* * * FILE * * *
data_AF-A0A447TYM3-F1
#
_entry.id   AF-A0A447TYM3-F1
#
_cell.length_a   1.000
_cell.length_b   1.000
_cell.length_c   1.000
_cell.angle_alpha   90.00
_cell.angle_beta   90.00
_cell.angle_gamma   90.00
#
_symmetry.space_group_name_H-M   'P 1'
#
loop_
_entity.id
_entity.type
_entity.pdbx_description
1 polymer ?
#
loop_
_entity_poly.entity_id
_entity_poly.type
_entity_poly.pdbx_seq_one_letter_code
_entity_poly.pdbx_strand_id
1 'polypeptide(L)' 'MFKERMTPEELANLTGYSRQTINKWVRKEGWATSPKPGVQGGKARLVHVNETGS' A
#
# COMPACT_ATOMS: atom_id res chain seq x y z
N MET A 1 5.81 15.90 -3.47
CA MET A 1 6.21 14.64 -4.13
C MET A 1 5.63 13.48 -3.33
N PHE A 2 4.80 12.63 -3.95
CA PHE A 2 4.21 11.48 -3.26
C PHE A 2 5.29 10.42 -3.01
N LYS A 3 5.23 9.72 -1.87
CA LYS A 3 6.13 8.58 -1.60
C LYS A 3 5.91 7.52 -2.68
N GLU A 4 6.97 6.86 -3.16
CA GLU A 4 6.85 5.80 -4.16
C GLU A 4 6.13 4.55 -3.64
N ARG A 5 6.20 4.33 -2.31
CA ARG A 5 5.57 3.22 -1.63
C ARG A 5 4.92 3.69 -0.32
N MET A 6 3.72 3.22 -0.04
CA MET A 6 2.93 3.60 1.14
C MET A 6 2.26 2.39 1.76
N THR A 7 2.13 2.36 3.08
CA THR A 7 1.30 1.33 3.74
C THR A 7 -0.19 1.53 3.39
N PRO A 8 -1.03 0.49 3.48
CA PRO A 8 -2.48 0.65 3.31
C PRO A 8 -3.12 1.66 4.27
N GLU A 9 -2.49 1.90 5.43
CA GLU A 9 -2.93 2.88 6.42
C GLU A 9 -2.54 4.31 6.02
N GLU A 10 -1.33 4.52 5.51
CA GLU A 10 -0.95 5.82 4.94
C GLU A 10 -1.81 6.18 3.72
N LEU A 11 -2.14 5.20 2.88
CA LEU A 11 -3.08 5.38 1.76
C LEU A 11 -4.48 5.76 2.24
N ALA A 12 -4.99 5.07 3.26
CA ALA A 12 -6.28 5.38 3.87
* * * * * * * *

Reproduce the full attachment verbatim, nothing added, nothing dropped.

data_AF-A0A447TYM3-F1
#
_entry.id   AF-A0A447TYM3-F1
#
_cell.length_a   1.000
_cell.length_b   1.000
_cell.length_c   1.000
_cell.angle_alpha   90.00
_cell.angle_beta   90.00
_cell.angle_gamma   90.00
#
_symmetry.space_group_name_H-M   'P 1'
#
loop_
_entity.id
_entity.type
_entity.pdbx_description
1 polymer ?
#
loop_
_entity_poly.entity_id
_entity_poly.type
_entity_poly.pdbx_seq_one_letter_code
_entity_poly.pdbx_strand_id
1 'polypeptide(L)' 'MFKERMTPEELANLTGYSRQTINKWVRKEGWATSPKPGVQGGKARLVHVNETGS' A
#
# COMPACT_ATOMS: atom_id res chain seq x y z
N MET A 1 5.81 15.90 -3.47
CA MET A 1 6.21 14.64 -4.13
C MET A 1 5.63 13.48 -3.33
N PHE A 2 4.80 12.63 -3.95
CA PHE A 2 4.21 11.48 -3.26
C PHE A 2 5.29 10.42 -3.01
N LYS A 3 5.23 9.72 -1.87
CA LYS A 3 6.13 8.58 -1.60
C LYS A 3 5.91 7.52 -2.68
N GLU A 4 6.97 6.86 -3.16
CA GLU A 4 6.85 5.80 -4.16
C GLU A 4 6.13 4.55 -3.64
N ARG A 5 6.20 4.33 -2.31
CA ARG A 5 5.57 3.22 -1.63
C ARG A 5 4.92 3.69 -0.32
N MET A 6 3.72 3.22 -0.04
CA MET A 6 2.93 3.60 1.14
C MET A 6 2.26 2.39 1.76
N THR A 7 2.13 2.36 3.08
CA THR A 7 1.30 1.33 3.74
C THR A 7 -0.19 1.53 3.39
N PRO A 8 -1.03 0.49 3.48
CA PRO A 8 -2.48 0.65 3.31
C PRO A 8 -3.12 1.66 4.27
N GLU A 9 -2.49 1.90 5.43
CA GLU A 9 -2.93 2.88 6.42
C GLU A 9 -2.54 4.31 6.02
N GLU A 10 -1.33 4.52 5.51
CA GLU A 10 -0.95 5.82 4.94
C GLU A 10 -1.81 6.18 3.72
N LEU A 11 -2.14 5.20 2.88
CA LEU A 11 -3.08 5.38 1.76
C LEU A 11 -4.48 5.76 2.24
N ALA A 12 -4.99 5.07 3.26
CA ALA A 12 -6.28 5.38 3.87